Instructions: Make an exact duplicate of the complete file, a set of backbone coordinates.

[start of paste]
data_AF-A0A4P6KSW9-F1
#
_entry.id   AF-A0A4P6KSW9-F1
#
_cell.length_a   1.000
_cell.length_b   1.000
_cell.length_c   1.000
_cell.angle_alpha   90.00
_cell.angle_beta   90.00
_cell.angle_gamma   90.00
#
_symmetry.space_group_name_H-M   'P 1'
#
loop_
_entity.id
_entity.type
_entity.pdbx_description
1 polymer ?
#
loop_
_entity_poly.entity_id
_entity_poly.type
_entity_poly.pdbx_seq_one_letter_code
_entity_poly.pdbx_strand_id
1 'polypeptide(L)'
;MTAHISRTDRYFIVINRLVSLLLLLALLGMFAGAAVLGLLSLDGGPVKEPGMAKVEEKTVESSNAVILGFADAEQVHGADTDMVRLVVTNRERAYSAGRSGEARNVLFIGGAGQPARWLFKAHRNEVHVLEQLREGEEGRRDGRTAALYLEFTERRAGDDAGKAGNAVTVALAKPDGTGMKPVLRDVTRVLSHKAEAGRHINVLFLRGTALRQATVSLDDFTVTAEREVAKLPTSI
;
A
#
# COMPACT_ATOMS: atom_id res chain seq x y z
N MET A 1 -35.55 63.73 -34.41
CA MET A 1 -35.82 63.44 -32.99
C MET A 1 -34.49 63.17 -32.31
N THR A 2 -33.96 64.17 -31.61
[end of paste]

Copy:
data_AF-A0A4P6KSW9-F1
#
_entry.id   AF-A0A4P6KSW9-F1
#
_cell.length_a   1.000
_cell.length_b   1.000
_cell.length_c   1.000
_cell.angle_alpha   90.00
_cell.angle_beta   90.00
_cell.angle_gamma   90.00
#
_symmetry.space_group_name_H-M   'P 1'
#
loop_
_entity.id
_entity.type
_entity.pdbx_description
1 polymer ?
#
loop_
_entity_poly.entity_id
_entity_poly.type
_entity_poly.pdbx_seq_one_letter_code
_entity_poly.pdbx_strand_id
1 'polypeptide(L)'
;MTAHISRTDRYFIVINRLVSLLLLLALLGMFAGAAVLGLLSLDGGPVKEPGMAKVEEKTVESSNAVILGFADAEQVHGADTDMVRLVVTNRERAYSAGRSGEARNVLFIGGAGQPARWLFKAHRNEVHVLEQLREGEEGRRDGRTAALYLEFTERRAGDDAGKAGNAVTVALAKPDGTGMKPVLRDVTRVLSHKAEAGRHINVLFLRGTALRQATVSLDDFTVTAEREVAKLPTSI
;
A
#
# COMPACT_ATOMS: atom_id res chain seq x y z
N MET A 1 -35.55 63.73 -34.41
CA MET A 1 -35.82 63.44 -32.99
C MET A 1 -34.49 63.17 -32.31
N THR A 2 -33.96 64.17 -31.61